McCall's gallery bought up the last copies of the fourth printing of the book and, through arrangements with Payne's daughter, Evelyn Payne Hatcher, kept it in print. The $48 book is now in its seventh printing. McCall calls it "the number one handbook for American artists."

McCall continued, "It's a book for the advanced and the beginner. Even art dealers read it. It tells me how to look at paintings. It's for anybody that's interested in art."

The De Ru's Gallery worked with Payne's daughter for 25 years. The current printing of the book, which is half sold, was done entirely by the De Ru's Gallery. Mrs. Hatcher recently died at age 92.

According to McCall, Payne's reputation as an artist is now secure, and the current prices his paintings bring are no fluke. McCall said the art market, unlike the stock market, "has been more of a solid investment," less subject to swings from big increases to big losses.

"People feel more secure in art. It's a place to put their money and still enjoy it," McCall said.

Asked what people in Payne's hometown should know about the artist, McCall said, "Missouri people are known for being stubborn and determined. Payne had the qualities to keep going. He was a pioneer."

Nixa man prosecuted for stealing Edgar Payne painting

SPRINGFIELD, Mo. --On April 9, a Nixa man pleaded guilty in federal court to transporting a painting across state lines after he stole it from a nursing home patient and sold it to an art gallery for $175,000.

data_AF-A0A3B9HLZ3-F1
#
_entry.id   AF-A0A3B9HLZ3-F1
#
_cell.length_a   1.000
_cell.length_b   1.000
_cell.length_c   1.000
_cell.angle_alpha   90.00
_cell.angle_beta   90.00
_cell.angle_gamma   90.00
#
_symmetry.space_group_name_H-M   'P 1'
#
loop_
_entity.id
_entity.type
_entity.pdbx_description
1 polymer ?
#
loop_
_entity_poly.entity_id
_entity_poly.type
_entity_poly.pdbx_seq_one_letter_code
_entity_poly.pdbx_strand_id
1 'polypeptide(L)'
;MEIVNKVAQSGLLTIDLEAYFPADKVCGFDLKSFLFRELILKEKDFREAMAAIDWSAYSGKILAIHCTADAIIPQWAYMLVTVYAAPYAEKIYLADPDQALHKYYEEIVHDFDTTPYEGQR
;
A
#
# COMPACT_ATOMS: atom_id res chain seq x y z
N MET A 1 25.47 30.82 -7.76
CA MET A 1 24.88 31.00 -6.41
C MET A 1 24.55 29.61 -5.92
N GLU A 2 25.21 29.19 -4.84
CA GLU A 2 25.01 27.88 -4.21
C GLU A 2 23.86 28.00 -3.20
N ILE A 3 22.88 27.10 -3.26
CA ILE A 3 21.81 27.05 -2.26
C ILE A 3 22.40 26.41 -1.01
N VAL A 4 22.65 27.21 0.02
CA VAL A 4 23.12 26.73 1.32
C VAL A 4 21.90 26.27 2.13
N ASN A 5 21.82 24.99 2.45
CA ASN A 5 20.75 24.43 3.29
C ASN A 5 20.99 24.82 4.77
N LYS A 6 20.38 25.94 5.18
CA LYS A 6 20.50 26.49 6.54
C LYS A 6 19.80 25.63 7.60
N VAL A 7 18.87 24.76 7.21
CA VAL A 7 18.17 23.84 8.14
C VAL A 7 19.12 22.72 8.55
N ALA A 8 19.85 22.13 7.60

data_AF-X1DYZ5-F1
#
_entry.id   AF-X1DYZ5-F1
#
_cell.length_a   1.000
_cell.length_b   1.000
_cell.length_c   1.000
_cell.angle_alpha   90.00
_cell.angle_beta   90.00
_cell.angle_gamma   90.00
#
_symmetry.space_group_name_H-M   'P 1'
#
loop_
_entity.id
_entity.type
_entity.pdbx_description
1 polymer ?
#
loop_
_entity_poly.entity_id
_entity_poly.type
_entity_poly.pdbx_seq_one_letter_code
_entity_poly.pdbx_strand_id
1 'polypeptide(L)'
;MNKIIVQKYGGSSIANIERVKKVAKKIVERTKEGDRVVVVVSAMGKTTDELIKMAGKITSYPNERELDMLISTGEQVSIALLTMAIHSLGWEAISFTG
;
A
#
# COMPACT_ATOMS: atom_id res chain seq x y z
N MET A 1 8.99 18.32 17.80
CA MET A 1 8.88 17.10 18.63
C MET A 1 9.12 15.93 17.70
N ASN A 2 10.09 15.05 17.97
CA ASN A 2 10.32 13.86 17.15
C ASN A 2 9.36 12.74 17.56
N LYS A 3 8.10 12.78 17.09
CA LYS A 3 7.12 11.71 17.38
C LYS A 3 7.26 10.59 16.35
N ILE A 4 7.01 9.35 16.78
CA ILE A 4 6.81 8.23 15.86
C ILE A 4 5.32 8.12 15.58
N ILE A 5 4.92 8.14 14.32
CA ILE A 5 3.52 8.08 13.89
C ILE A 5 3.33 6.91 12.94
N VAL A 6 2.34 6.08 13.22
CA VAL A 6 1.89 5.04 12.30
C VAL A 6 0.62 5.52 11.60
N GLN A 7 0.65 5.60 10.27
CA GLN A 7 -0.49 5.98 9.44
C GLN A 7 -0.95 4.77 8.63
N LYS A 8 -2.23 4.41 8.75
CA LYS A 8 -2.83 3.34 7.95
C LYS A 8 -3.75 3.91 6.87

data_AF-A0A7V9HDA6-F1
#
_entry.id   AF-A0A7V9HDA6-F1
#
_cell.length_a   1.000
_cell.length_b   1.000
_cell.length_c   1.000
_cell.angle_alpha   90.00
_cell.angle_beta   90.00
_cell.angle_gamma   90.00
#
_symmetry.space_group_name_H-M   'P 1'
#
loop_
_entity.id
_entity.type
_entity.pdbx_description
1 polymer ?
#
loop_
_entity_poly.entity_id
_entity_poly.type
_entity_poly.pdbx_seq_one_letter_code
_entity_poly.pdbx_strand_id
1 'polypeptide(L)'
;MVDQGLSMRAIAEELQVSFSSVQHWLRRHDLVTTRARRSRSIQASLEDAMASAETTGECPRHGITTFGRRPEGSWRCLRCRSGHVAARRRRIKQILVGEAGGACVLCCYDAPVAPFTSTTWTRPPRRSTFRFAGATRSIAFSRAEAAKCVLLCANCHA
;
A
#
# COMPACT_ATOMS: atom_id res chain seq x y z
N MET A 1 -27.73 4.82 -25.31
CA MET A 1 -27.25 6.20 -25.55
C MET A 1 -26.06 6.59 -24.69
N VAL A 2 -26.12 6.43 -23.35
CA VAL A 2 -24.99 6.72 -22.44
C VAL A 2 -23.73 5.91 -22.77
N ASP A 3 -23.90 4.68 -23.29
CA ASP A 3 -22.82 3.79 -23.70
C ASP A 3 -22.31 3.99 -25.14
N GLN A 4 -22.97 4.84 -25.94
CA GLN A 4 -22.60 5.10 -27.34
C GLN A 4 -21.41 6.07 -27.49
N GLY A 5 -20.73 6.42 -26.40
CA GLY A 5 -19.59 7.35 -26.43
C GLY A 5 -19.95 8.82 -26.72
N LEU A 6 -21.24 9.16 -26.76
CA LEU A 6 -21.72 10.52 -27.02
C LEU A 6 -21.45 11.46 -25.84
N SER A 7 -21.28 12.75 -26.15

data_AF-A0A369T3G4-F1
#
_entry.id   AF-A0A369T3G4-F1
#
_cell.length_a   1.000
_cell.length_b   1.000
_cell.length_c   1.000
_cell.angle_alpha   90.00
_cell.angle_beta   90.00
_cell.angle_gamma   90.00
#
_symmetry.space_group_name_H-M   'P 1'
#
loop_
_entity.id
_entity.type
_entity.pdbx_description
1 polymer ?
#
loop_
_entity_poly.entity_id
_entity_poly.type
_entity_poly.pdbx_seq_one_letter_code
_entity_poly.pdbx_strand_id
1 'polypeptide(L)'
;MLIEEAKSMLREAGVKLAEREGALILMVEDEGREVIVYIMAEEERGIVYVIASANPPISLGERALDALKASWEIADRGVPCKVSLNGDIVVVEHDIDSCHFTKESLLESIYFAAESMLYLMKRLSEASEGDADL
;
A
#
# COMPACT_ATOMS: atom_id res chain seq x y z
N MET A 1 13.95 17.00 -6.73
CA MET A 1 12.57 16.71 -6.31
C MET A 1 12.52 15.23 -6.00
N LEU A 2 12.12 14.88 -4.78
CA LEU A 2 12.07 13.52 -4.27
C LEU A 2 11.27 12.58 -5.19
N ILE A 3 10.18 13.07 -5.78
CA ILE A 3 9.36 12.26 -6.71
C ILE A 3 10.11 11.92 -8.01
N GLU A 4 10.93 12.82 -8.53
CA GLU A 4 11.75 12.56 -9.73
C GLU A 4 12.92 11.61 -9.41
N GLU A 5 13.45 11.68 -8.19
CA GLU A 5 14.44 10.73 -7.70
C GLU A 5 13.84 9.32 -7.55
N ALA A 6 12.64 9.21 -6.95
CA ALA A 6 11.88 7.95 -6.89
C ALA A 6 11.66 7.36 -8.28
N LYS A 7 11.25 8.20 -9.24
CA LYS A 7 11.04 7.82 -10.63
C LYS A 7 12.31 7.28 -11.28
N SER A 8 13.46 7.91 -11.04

Micah Owen Shatswell, 29, of Nixa, pleaded guilty before U.S. Magistrate Judge James C. England to the charge contained in a Dec. 17, 2008, federal indictment.

By pleading guilty, Shatswell admitted that on April 25, 2006, while he was employed at St. John's Mercy Villa, an assisted care facility in Springfield, he stole the painting from the room of a resident at the facility. The painting was "Summer Clouds" by Edgar Payne, a noted American Impressionist painter.

Shatswell sold the painting to Edenhurst Gallery, an art gallery in Palm Desert, Calif., for $175,000. Shatswell told the gallery that he had obtained the painting from his uncle. On May 2, 2006, he shipped the painting to Edenhurst Gallery.

Under federal statutes, Shatswell is subject to a sentence of up to 10 years in federal prison without parole, plus a fine up to $250,000 and an order of restitution. A sentencing hearing will be scheduled after the completion of a presentence investigation by the United States Probation Office.

This case is being prosecuted by Assistant U.S. Attorney Randall D. Eggert. It was investigated by the Federal Bureau of Investigation and the Springfield Police Department.